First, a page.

“Well written and an interesting perspective.” Clan Rossi --- “Your article is too good about Japanese business pushing nuclear power.” Consulting Group --- “Thank you for the article. It was quite useful for me to wrap up things quickly and effectively.” Taylor Johnson, Credit Union Lobby Management --- “Great information! I love your blog! You always post interesting things!” Jonathan N.

Sunday, November 11, 2012

Democratic Addiction to Congressional SuperPACs?

According to Rodell Molineau, executive director of the Democratic super PAC American Bridge, "The meta-lesson from [the 2012] election cycle is that showing up and participating in the process is key, which is something that we didn't do in 2010. I think a lot of Democrats ceded the field on super PACs because most people in progressive circles didn't believe in the Citizens United ruling." The fact is, sometimes you have to play by rules you don’t agree with in order to compete. The obvious danger is that one gets coopted by those rules in the process, even having a financial disincentive to push for a repeal of the problematic rule. In other words, the rule gains the benefit of being the status quo and thus becomes extremely difficult to dislodge. In this case, the rule is that of unlimited corporate and union spending made possible by the U.S. Supreme Court’s Citizen’s United ruling on January 21, 2010.
 
In 2010, the Huffington Post reports, “conservative outside groups held a three-to-one advantage in spending on House races and a slightly more than two-to-one advantage in Senate races, according to the Center for Responsive Politics. The formation of the Democratic super PACs and their coordination with traditional liberal groups—labor, environmental and women's groups—helped cut that advantage to less than two-to-one in both House and Senate races in 2012, according to Federal Election Commission data. . . . In the end, conservative groups reported spending $102 million on House races, compared with $79 million for Democratic groups. In Senate races, conservatives spent $135 million, compared with $89 million for Democrats.” However, former U.S. senator Russ Feingold, co-author of the 2003 campaign finance reform act, said, “I don’t think we won because of this thing.” This remark is crucial should it be necessary to ween Democratic Congressional leaders off an addiction to the sugary superPAC money.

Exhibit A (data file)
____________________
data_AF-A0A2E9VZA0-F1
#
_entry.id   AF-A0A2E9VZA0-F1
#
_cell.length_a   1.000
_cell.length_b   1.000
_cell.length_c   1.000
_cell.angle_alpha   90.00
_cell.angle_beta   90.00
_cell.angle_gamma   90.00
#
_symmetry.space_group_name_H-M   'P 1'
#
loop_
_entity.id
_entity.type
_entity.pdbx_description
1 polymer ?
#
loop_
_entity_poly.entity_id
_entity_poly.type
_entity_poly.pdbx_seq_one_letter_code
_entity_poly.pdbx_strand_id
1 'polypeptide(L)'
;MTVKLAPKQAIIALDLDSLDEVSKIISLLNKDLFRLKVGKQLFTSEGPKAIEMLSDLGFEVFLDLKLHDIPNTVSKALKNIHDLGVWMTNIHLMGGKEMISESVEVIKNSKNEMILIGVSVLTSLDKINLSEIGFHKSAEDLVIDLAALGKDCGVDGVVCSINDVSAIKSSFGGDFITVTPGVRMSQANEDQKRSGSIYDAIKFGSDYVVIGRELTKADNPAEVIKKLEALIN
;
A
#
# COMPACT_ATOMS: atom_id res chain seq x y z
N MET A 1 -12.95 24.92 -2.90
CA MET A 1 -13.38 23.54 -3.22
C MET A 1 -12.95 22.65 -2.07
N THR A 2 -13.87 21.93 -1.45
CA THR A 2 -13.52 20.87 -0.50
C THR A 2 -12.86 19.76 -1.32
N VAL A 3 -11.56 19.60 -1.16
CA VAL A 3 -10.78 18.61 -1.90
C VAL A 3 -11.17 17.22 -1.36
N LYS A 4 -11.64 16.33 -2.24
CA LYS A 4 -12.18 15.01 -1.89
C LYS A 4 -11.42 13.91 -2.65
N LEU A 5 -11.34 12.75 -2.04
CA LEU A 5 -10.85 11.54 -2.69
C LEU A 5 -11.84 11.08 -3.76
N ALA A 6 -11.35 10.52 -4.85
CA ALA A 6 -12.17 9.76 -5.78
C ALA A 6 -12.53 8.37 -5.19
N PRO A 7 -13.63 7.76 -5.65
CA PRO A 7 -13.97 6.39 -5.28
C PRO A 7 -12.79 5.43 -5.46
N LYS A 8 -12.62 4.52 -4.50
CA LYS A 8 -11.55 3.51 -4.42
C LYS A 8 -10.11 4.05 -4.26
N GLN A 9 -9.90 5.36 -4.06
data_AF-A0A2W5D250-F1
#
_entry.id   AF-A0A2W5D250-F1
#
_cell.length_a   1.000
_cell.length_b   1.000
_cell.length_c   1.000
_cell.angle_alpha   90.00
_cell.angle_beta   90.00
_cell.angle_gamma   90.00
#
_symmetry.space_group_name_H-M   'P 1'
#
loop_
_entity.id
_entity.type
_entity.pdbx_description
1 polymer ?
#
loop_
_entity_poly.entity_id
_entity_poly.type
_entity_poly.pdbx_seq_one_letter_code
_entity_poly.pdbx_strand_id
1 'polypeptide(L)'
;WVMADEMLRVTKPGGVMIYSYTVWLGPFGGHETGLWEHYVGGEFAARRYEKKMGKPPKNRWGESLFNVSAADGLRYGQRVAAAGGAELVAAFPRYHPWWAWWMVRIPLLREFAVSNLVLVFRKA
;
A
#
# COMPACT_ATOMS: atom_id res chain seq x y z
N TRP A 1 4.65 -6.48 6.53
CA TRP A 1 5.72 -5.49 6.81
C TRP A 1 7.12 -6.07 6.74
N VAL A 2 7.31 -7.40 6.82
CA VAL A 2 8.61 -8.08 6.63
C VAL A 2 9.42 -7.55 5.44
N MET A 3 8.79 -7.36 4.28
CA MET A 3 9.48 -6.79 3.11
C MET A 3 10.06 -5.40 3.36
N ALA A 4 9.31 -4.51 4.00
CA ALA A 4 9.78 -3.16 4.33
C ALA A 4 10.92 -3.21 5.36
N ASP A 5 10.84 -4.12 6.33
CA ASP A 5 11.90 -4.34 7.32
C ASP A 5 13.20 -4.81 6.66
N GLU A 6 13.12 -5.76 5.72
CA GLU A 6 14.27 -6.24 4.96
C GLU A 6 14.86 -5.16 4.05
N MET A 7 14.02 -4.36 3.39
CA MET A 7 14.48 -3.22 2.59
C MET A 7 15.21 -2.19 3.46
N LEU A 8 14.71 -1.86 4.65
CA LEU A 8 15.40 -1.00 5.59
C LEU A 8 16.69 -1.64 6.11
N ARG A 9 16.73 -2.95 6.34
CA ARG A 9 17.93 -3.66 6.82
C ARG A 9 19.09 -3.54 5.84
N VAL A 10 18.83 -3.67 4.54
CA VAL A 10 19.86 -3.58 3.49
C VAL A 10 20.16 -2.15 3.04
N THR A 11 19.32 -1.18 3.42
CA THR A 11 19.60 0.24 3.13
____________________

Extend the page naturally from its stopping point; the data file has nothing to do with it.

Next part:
One other major factor the former senator could have been referring to is the impact on Congressional races of the Obama campaign’s ground-game and related systematic data-collection efforts in 2012. Specifically, the campaign was able to identify new voters, track their opinions, and get them out to vote. Congressional campaigns and even groups such as MoveOn were able to tap into that resource in getting out the vote. Getting out the base made all the difference in the 2012 election, particularly as most counties in most states shifted back in a Republican direction after tilting blue for Obama in 2008.
 
Another factor is the mistakes that Congressional candidates themselves made, such as Richard Mourdock, the Republican candidate in Indiana for the U.S. Senate seat formerly held by Dick Lugar, claiming that a rape victim getting pregnant is “God’s will.” It is questionable whether any amount of superPAC money could undo such a gaffe.  A similar though less outlandish case involves Mitt Romney’s comment made in private to a group of rich potential donors that it would not be his job as president to worry about the 47 percent of Americans who did not own income taxes (but paid other taxes) in 2011. In other words, voters are capable of ignoring the political ads in such cases and voting on the basis of what they have reason to believe more accurately depicts the candidate’s judgment and opinions. One would like to think that voters could see through the slickly marketed political ads on television in every case, but having the ad edge can help a candidate, particularly in reducing the opponent’s support.
 
Sadly, having a lot of money counts in Congressional elections. In the constitutional convention in 1787, some delegates worried that Congress, unlike the state legislatures, would be an aristocratic body—even the U.S. House, which was to be the repository of democracy in the new federal government. By the twenty-first century, the populations of the states had become much more than they were in 1787, including relative to the number of members of Congress. The U.S. as a whole reached 300 million around the year 2000, with only 535 members of Congress. The aristocratic element can be seen in these numbers alone. It should be no surprise that candidates for those offices would attract a great amount of money, and with it private influence over public policy. Even were Citizens United upended by a future decision or an amendment to the U.S. Constitution, it would be difficult to hold back the flood of money attracted to all the power that Congress has amassed since the Great Depression in the 1930’s. 
 
In other words, the sound of money is simply a reverberation of the nature of power in an increasingly consolidated political empire. Whether or not the Democratic Party succumbs to its financial incentive to retain SuperPACs to which donors can give unlimited amounts of money, effective campaign finance reform would be part of a broader and deeper reform oriented to breaking up the concentration of power in what was once known as American federalism.
 

Source:

Paul Blumenthal, “Democratic Super PACs Trim Conservative Advantage in Congressional Races,” The Huffington Post, November 10, 2012.